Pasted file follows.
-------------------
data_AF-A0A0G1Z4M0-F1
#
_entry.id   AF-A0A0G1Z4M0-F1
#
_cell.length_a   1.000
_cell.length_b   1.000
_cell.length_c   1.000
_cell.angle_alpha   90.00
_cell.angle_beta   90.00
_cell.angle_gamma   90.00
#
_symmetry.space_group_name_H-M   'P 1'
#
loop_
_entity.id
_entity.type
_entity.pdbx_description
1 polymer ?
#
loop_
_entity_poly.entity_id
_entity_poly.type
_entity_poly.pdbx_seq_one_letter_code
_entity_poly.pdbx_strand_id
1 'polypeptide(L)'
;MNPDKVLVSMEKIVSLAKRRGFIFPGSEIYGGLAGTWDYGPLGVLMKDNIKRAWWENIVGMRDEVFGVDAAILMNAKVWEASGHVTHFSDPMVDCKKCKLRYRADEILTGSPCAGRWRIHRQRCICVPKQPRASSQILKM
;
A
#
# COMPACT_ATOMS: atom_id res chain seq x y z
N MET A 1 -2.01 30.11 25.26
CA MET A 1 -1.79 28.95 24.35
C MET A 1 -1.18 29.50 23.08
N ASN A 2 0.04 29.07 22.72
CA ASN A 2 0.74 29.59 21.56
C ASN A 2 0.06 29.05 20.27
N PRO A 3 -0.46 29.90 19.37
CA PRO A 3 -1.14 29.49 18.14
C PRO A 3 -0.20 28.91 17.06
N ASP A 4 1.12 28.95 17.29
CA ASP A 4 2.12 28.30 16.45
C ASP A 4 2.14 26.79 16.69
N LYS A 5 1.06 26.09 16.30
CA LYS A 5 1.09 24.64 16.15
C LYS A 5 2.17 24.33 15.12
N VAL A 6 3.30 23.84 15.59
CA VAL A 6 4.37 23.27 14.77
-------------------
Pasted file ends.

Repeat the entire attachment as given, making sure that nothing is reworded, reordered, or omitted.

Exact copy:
data_AF-A0A0G1Z4M0-F1
#
_entry.id   AF-A0A0G1Z4M0-F1
#
_cell.length_a   1.000
_cell.length_b   1.000
_cell.length_c   1.000
_cell.angle_alpha   90.00
_cell.angle_beta   90.00
_cell.angle_gamma   90.00
#
_symmetry.space_group_name_H-M   'P 1'
#
loop_
_entity.id
_entity.type
_entity.pdbx_description
1 polymer ?
#
loop_
_entity_poly.entity_id
_entity_poly.type
_entity_poly.pdbx_seq_one_letter_code
_entity_poly.pdbx_strand_id
1 'polypeptide(L)'
;MNPDKVLVSMEKIVSLAKRRGFIFPGSEIYGGLAGTWDYGPLGVLMKDNIKRAWWENIVGMRDEVFGVDAAILMNAKVWEASGHVTHFSDPMVDCKKCKLRYRADEILTGSPCAGRWRIHRQRCICVPKQPRASSQILKM
;
A
#
# COMPACT_ATOMS: atom_id res chain seq x y z
N MET A 1 -2.01 30.11 25.26
CA MET A 1 -1.79 28.95 24.35
C MET A 1 -1.18 29.50 23.08
N ASN A 2 0.04 29.07 22.72
CA ASN A 2 0.74 29.59 21.56
C ASN A 2 0.06 29.05 20.27
N PRO A 3 -0.46 29.90 19.37
CA PRO A 3 -1.14 29.49 18.14
C PRO A 3 -0.20 28.91 17.06
N ASP A 4 1.12 28.95 17.29
CA ASP A 4 2.12 28.30 16.45
C ASP A 4 2.14 26.79 16.69
N LYS A 5 1.06 26.09 16.30
CA LYS A 5 1.09 24.64 16.15
C LYS A 5 2.17 24.33 15.12
N VAL A 6 3.30 23.84 15.59
CA VAL A 6 4.37 23.27 14.77